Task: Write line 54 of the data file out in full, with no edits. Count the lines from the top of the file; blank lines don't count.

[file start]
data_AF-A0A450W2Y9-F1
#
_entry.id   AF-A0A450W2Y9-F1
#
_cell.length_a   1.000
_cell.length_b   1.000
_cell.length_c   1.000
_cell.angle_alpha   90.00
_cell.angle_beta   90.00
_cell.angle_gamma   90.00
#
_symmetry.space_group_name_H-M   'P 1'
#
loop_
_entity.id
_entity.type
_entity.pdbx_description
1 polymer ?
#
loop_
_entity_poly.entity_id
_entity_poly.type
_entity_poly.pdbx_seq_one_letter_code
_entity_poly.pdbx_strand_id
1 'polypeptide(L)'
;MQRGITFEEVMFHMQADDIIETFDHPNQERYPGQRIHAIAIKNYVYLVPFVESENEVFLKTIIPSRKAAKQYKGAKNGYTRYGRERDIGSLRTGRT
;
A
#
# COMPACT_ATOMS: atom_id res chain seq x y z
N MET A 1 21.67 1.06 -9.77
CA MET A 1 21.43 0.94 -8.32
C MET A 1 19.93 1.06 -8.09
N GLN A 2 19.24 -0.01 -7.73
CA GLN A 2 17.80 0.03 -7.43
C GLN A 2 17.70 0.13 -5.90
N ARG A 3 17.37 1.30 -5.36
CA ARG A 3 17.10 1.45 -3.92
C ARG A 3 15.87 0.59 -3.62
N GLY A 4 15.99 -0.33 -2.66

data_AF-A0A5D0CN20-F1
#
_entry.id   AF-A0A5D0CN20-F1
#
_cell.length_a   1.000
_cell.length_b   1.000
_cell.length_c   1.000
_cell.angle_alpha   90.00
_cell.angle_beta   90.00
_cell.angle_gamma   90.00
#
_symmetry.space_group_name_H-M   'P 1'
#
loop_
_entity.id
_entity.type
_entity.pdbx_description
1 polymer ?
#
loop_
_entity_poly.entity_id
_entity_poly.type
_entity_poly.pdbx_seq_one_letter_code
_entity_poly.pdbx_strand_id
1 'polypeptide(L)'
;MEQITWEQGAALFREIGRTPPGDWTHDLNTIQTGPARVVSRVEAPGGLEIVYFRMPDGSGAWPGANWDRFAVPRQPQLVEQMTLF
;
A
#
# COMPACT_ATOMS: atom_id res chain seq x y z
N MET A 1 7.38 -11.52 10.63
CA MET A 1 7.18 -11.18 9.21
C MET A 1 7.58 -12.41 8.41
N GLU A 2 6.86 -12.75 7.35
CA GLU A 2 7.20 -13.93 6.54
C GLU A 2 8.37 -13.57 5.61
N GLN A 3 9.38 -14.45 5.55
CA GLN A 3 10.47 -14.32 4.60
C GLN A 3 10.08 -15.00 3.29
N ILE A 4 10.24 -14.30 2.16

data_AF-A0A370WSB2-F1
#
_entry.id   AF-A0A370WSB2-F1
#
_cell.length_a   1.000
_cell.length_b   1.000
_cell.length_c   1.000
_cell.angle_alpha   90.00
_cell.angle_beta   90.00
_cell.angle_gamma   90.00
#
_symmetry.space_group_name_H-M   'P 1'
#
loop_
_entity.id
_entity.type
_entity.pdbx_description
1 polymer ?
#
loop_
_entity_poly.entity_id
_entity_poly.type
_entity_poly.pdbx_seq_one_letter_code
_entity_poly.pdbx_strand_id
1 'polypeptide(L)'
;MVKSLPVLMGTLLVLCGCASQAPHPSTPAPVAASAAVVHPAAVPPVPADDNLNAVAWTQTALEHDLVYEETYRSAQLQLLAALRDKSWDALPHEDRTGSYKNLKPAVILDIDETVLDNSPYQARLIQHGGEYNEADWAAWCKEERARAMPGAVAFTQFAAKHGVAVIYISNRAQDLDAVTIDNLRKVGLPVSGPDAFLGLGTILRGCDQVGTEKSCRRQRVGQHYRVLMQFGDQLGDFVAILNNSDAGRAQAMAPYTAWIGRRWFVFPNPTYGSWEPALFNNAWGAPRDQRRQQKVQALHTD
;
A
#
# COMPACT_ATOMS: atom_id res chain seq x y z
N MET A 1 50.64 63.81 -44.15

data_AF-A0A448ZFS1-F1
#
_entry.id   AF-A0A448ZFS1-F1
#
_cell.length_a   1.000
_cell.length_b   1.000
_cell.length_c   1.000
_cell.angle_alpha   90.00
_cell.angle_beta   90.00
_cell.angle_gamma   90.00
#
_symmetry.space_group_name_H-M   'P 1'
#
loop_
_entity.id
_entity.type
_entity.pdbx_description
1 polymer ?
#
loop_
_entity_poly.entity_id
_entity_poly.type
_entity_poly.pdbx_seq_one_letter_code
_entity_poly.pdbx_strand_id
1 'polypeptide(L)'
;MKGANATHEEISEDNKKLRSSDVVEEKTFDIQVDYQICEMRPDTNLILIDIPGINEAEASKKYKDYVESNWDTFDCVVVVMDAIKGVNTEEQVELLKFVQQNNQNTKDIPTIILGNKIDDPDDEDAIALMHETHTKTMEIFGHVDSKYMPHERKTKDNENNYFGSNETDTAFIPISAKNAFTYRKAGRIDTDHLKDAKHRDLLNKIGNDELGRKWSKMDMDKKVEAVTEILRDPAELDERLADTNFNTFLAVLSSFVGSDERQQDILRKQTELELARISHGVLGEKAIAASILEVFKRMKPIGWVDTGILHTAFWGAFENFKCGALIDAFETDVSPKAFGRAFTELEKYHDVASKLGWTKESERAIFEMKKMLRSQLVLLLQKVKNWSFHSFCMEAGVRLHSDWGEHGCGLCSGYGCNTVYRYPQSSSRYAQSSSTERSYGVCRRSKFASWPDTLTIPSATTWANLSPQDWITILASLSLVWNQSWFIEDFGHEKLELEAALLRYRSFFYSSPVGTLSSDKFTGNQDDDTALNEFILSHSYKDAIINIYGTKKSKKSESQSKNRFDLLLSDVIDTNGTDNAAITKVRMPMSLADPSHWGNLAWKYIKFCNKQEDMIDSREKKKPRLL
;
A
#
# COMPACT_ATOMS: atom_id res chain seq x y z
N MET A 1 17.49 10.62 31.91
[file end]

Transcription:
loop_